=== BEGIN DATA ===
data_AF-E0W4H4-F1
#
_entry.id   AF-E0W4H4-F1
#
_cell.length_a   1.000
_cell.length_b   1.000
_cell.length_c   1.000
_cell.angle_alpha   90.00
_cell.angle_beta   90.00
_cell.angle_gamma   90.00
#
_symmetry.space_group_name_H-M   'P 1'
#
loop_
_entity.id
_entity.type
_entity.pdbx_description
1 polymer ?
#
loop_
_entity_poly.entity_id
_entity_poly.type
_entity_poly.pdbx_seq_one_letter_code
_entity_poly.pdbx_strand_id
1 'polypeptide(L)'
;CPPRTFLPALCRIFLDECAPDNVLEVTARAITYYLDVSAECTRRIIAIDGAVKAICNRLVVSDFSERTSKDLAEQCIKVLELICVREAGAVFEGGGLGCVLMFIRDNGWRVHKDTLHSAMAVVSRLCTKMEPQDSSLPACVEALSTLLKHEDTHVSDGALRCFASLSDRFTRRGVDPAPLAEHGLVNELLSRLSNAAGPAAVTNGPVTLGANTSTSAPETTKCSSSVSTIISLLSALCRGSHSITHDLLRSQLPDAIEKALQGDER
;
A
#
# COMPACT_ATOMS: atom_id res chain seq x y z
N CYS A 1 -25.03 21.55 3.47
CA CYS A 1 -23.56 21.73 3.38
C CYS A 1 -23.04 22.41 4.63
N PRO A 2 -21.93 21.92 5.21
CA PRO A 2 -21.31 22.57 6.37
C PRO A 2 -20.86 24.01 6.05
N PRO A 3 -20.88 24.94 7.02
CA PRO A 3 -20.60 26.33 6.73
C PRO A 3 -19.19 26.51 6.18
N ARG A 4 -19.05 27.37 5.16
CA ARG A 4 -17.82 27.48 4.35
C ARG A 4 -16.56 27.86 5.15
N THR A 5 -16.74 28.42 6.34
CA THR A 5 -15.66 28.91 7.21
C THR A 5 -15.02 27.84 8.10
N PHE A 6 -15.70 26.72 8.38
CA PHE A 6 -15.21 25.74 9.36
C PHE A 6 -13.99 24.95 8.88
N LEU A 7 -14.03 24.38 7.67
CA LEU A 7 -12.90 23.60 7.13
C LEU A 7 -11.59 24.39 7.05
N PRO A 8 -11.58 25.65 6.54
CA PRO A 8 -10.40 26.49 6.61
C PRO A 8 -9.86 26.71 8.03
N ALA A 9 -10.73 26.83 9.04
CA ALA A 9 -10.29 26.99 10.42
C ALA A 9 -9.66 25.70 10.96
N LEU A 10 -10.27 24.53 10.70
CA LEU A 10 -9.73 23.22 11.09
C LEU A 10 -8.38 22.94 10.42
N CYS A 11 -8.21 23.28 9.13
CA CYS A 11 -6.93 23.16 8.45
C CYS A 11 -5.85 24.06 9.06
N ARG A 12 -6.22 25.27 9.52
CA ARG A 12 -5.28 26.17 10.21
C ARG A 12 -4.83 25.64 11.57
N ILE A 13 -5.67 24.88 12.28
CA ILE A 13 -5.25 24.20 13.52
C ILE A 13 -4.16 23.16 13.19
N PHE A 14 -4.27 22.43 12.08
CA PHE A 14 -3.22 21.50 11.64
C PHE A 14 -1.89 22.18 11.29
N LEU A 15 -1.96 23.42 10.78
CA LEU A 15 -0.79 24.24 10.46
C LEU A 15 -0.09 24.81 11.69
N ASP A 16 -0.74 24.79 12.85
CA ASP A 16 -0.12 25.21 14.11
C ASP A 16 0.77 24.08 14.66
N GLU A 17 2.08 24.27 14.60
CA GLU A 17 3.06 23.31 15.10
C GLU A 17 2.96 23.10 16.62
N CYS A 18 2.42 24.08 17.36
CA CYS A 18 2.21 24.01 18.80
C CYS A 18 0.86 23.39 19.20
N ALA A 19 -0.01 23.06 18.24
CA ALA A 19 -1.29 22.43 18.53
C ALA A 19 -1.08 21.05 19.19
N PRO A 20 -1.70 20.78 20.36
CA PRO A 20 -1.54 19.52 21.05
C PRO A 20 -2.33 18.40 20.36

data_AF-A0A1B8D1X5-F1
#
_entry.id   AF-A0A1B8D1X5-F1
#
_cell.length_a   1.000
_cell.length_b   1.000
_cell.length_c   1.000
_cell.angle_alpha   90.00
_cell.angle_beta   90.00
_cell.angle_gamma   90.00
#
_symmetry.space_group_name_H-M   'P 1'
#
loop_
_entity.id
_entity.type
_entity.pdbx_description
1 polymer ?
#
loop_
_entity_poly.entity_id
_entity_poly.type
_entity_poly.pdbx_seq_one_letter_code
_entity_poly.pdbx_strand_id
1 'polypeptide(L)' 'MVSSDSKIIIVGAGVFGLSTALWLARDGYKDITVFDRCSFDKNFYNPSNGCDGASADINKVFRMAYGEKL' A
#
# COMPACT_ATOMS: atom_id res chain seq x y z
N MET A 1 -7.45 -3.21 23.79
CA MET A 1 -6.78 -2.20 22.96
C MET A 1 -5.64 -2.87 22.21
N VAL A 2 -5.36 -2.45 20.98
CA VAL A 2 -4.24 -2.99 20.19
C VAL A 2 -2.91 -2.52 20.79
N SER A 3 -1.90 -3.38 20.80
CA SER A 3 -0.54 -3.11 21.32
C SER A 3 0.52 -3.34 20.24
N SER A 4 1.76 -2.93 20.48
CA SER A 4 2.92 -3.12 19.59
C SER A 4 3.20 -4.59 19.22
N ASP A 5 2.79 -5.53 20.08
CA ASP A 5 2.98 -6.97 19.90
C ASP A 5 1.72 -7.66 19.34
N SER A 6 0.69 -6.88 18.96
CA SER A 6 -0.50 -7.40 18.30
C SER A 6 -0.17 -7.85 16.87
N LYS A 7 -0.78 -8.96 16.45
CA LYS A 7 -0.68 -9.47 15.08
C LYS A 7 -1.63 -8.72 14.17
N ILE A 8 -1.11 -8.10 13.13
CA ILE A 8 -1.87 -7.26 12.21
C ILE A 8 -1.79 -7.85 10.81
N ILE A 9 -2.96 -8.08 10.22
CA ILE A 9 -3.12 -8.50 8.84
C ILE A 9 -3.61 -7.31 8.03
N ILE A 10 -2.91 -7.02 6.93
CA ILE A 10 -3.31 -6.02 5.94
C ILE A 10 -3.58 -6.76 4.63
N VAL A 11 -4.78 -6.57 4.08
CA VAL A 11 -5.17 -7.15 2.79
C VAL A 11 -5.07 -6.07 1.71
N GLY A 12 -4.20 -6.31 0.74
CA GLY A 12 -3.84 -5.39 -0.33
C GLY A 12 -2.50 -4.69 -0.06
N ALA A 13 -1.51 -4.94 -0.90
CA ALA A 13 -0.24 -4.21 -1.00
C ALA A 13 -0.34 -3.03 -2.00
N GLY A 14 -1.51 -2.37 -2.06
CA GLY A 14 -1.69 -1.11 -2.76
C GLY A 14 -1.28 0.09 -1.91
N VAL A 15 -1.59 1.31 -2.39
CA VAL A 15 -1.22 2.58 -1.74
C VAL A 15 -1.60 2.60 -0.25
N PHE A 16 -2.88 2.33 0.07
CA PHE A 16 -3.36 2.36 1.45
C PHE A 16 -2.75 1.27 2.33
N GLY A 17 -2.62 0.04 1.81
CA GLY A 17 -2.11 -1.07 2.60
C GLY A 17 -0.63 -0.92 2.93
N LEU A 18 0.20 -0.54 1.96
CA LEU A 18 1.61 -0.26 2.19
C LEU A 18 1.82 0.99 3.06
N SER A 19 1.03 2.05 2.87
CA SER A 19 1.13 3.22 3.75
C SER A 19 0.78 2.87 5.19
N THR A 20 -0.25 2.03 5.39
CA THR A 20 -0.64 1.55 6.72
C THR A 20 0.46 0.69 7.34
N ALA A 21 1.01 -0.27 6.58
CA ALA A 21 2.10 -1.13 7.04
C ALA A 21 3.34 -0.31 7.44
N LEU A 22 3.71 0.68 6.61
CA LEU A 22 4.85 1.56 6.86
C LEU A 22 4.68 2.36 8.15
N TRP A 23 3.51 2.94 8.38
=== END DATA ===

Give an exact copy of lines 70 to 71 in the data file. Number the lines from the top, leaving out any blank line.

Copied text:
N PHE A 14 -4.27 22.43 12.08
CA PHE A 14 -3.22 21.50 11.64